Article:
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to previous section: Van der Waals Roots**
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The van der Waals equation of state is no longer used by engineers for
calculating real gas behavior. As we have seen, it has a great deal
of pedagogical use, and so we still introduce it as the first correction
to the ideal gas equation. However, other equations of state have
been developed for engineering purposes. These equations of state
do a progressively better job of modeling the liquid phase (liquid desnity)
with increasing complexity. The two most commonly used cubic equations
of state are the Redlich-Kwong (RK) and Soave modification of the Redlich-Kwong
equation of state (RKS). These equations are shown below. You
will note the very strong similarity to the van der Waals equation of state
- they were developed by modifying the van der Waals equation of state
so that it treats the attractions, hence the liquid phase, better.
Because molecules are not spherical, the RKS eos also utilizes the acentric
factor w (Greek letter omega). The acentric
factor is commonly used to correlate behavior of non-spherical molecules,
and it can be viewed as a constant that you look up in the DIPPR database
for the specific fluid in question, just like you would look up *T*c
and *P*c. A non-cubic eos, the Bennedict-Webb-Rubin (BWR) eos,
is also shown here. The BWR eos will give better accuracy in the
dense gas and liquid regimes, but it also requires 8 constants that must
be obtained from experimental data for the specific fluid that you are
modeling. While there are tables of a BWR constants available for
a few common compounds, the cubic eos are much easier to use because all
that is required are the critical constants and the acentric factor.

The sections below show the various equations of state in their pressure
form and their compressibility form. They also list the constants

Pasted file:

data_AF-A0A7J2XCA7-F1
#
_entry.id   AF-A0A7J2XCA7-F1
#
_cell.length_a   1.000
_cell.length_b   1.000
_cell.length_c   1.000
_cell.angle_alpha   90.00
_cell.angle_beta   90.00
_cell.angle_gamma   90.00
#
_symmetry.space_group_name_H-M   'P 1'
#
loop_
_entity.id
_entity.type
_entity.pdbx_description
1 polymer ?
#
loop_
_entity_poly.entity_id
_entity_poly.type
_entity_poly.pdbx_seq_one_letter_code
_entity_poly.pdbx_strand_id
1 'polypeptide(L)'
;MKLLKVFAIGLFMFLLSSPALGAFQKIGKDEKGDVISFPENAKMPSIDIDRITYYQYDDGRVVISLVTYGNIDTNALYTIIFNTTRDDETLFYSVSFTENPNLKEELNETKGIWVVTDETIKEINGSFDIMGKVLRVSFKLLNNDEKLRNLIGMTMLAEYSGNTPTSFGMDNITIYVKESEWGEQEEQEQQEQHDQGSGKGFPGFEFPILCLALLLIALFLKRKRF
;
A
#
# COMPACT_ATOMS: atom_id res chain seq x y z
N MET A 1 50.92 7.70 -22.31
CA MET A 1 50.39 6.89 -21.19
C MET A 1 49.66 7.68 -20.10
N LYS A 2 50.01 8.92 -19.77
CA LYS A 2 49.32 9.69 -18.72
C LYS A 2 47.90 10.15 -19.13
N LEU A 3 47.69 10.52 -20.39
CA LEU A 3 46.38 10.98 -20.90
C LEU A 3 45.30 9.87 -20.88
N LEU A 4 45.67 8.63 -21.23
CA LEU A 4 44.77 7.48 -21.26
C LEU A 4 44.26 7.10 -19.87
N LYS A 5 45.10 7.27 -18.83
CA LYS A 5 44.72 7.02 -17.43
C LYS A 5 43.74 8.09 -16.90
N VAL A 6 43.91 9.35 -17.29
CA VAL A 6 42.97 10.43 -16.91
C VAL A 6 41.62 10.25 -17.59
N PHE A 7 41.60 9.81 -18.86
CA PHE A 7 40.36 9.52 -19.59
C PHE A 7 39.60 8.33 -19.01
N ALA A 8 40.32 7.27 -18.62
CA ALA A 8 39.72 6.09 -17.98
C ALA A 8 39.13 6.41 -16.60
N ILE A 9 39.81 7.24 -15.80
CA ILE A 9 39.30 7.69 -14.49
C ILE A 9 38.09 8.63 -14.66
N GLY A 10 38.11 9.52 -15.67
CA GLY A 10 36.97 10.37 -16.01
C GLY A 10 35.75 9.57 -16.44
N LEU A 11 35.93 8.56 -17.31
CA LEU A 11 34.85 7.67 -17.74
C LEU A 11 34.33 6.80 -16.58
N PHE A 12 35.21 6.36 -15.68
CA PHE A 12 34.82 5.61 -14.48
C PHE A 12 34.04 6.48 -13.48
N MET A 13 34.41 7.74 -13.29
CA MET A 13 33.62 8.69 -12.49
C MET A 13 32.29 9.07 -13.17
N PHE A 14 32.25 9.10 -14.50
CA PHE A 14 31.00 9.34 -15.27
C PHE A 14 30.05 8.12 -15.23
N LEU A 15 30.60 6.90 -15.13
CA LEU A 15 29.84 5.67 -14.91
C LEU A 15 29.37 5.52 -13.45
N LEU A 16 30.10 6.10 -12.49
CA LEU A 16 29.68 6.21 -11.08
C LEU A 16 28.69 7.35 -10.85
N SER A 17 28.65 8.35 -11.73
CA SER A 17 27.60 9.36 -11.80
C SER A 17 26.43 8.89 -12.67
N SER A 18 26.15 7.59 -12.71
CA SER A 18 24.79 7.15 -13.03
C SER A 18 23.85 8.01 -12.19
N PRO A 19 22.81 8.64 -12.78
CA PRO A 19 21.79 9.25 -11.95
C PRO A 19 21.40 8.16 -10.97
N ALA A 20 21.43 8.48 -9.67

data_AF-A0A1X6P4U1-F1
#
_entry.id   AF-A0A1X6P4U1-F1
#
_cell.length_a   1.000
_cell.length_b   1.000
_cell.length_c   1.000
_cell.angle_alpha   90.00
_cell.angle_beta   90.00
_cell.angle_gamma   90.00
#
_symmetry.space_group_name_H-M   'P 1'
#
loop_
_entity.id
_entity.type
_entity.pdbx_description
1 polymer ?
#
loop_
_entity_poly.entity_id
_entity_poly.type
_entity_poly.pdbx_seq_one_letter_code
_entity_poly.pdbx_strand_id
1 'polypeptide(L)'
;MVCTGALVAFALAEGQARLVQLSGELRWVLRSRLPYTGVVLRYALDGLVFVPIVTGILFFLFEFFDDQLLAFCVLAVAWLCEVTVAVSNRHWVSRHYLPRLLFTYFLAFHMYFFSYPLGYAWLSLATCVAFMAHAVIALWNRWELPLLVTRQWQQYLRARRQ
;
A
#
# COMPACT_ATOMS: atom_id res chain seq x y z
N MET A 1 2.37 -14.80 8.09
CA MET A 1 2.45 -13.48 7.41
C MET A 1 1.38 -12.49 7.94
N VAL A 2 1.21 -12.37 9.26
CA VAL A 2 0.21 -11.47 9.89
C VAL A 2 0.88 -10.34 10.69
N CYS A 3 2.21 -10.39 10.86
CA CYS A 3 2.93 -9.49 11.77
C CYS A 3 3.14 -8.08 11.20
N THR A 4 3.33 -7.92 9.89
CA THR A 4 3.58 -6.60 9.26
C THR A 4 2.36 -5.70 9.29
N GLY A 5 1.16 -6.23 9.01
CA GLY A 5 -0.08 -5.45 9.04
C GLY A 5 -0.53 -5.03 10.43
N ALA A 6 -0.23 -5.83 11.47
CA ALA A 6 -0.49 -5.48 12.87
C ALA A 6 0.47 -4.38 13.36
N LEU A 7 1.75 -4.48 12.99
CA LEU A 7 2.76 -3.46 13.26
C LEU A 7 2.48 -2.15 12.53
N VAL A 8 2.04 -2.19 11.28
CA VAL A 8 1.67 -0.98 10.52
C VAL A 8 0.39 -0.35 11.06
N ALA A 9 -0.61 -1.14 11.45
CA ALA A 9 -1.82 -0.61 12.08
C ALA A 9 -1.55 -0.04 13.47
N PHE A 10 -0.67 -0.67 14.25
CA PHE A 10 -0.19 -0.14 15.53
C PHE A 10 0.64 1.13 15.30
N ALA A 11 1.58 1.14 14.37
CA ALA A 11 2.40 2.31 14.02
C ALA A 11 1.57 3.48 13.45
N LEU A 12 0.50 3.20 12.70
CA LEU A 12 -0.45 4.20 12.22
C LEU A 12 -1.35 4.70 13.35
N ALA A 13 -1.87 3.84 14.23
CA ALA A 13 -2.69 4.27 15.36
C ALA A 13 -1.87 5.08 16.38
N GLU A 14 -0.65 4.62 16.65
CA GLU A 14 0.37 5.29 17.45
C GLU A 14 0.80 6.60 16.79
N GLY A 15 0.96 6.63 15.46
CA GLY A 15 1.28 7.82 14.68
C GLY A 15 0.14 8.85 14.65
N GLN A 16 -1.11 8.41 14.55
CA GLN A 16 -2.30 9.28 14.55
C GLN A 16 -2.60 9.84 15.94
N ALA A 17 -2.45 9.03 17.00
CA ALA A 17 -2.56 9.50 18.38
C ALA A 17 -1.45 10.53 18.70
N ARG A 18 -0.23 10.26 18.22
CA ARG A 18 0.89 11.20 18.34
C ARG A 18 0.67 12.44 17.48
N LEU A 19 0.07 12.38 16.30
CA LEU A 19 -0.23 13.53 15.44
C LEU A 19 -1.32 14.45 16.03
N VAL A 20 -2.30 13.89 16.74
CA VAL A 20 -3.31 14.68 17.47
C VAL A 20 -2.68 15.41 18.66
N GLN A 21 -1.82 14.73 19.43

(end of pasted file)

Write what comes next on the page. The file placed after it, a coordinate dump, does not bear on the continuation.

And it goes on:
involved in the equation in terms of fundamental constants that one would
look up in the DIPPR database; i.e., *T*c, *P*c, etc.

**Ideal
Gas**

Pv = RT z= 1

**Van
der Waals**

(.P+a/v^{2})(v - b) =RT z=v/(v - b) -a/(RTv)

* a =
*(27*R ^{2}Tc^{2}*)/(64

**BWR**

. .

. .E = aa/RT

**Redlich-Kwong**

. .

.a= 0.42747R^{2}Tc^{2.5}/Pcb= 0.086640RTc/Pc .

**Soave**

. .

a= 0.42747R^{2}Tc^{2}/Pcb= 0.086640RTc/Pc .

m =0.48505 + 1.5517w - 0.1563w^{2 }a = [1 +m(1 -Tr^{1/2})]^{2}

**Why
are there so many equations of state?**

The equations of state given above are some of the more common, but
there are others that engineers use. Why are there so many? Modeling of
the *PVT* behavior of a fluid over the whole range of temperatures,
densities and pressures is not an easy task. Recall the complex
behavior that the vdw eos had in order to try and model the coexistence
curve where saturated liquid and saturated vapor are in equilibrium.
At low pressures, the isotherms are fairly easily modeled with something
like the ideal gas eos. However, at higher densities the behavior
becomes more difficult to model with a simple equation. If one wants
to get the liquid and vapor densities correct, then even more stress is
put on the model. None of the eos exactly give the correct *PVT*
behavior of all fluids over the whole domain of desired conditions.
Therefore different equations of state have been developed to improve the
accuracy in certain regions. For example, the BWR equation will give
better liquid densities than the Soave. The Soave equation will give better
densities for fluids comprised of non-spherical and polar molecules than
the RK eos.

The RK, Soave and BWR equations of state will
all give about the same densities for gases. The most significant
difference between these equations of state is when they are used to calculate
liquid densities, saturated vapor densities, and vapor pressures.
This can be seen by looking at the graph below, which is the 320 K isotherm
for ammonia as calculated using the vdw, RK, RKS, and BWR. Recall
that in order to predict the liquid and vapor molar volumes, the equation
of state predicts an isotherm that goes down, up, and then down again on
a *P* vs. *v* plot. The vapor pressure and equilibrium
molar volumes of the liquid and vapor would be found from the horizontal
line that bisects the area of this loop. Look at the very different
behavior of the 320 K isotherm as predicted by these four equations of
state and you can see why they give significantly different values for
the vapor pressure and molar volumes of the saturated vapor and liquid.

So, which should you use? In this class, we will mainly use either the
RK or Soave equations of state. These equations give accurate values for
gases, and reasonable approximations for saturated liquids and vapors.
These equations are also used heavily by design engineers. However,
if you were involved in metering or selling a compound based on its temperature
and pressure, you would certainly want to use a more accurate equation
of state such as the BWR or an even more complex equation.